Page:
It's a subtly visual point and I must explain it as clearly as I can, since so much depends on it.

Each violently flared trouser leg, seen from the front, takes the form of a truncated isosceles triangle.

Now, move the bases of the triangles as far apart as you can while simultaneously retaining the truncated apexes in the same general area.

Although the inner seams remain more or less perpendicular, the outer seams balloon yet further outwards, like a multi-petticoated fifties party frock, almost attaining the true horizontal. The eye naturally follows the extreme line - and this, plus the total invisibility of the feet, causes a subjective optical impression that the posing idol's legs are actually braced at an impossible, contortionist, sinew-cracking an­gle. And one waits for the ping of the buttons, the ripping of cloth and the thud-thud-trickle-trickle as the blues-wailing gonads explode and roll away across the stage towards the peace-sign-making audience, the ultimate rock and roll souvenirs.

Now it is my theory that when members of supergroups of the era wore highly exaggerated flared trousers - as most of them did - they were subjected to wave upon wave of subconscious anxiety thereby. Not all of them were thick, and many of them must have known that they were making possibly the greatest single sartorial mistake since the wholesale adoption of the kilt by peoples of proto-Celtic origin. However, onstage (where one does not, as a rule, spend too much time meditating on the cut of one's trousers) they were of course temporarily able to forget the tragicomic proportions of the garments with which they had chosen to adorn their lower limbs.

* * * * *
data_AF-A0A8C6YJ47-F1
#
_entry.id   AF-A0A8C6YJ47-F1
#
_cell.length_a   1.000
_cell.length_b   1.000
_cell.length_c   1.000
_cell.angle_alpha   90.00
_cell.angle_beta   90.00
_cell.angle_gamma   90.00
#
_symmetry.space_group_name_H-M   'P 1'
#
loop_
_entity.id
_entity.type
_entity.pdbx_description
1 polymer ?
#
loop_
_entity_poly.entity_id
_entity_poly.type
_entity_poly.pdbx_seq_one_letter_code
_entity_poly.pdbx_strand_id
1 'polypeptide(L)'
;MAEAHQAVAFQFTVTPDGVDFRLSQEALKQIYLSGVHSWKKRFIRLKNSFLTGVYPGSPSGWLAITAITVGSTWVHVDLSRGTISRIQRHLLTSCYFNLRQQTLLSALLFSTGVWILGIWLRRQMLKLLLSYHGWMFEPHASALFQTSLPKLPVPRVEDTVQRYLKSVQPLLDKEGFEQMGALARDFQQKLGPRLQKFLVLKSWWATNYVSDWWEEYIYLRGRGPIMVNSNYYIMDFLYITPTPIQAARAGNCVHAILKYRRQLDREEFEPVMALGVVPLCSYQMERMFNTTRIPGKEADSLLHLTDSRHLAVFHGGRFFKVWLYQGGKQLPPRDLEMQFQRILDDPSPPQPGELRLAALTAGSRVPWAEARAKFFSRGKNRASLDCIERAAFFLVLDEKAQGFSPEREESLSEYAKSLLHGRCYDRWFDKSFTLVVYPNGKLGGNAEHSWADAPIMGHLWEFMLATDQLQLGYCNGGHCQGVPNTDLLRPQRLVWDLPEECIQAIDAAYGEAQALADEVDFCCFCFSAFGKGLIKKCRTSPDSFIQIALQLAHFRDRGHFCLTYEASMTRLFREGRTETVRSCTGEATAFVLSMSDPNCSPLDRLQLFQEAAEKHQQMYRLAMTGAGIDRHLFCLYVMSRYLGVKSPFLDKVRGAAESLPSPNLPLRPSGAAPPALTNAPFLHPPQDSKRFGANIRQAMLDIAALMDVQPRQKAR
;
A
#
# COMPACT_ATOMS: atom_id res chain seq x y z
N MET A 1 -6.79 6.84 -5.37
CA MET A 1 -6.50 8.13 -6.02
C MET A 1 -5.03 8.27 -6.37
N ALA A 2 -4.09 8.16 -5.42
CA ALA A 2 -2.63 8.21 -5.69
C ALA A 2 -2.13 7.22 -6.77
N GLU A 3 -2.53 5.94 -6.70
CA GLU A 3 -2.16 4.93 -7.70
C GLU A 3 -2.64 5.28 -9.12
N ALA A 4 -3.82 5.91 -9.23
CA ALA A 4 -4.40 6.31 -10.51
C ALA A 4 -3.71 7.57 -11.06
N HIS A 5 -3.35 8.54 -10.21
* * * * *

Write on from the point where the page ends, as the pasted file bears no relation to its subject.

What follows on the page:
Then would inevitably come the cardinal instant, the deadly moment of anti-satori. One man would swing eyes left (or right) across the stage in a routine, showbizzy grimace of ain't-we-really-gettin'-it-on good fellowship . . . and lo! There would be his supercolleague, smirk­ing ritually back, possibly bawling 'Yeah!' - but above all decked out in the most evilly ridiculous, bitterly humiliating pair of trousers on the face of the entire planet!

Reaction One: My God, I'm in a band with this nerd!
Reaction Two: My God, I look like that too!

Meanwhile the drummer - who in any case will be the ugliest mem­ber of the band - has his shirt off, generously allowing the roadies in charge of the supertrooper spotlights to illuminate every single pustule, blackhead, 'track mark' and skin blemish in the boldest possible relief.

It's my guess that, at this point, massive, traumatic resentment then came flooding in - many bum notes and prolonged hesitations in the guitar solos of the day are, I feel sure, due to sudden off-the-wall revelations of this type striking home in mid-flow.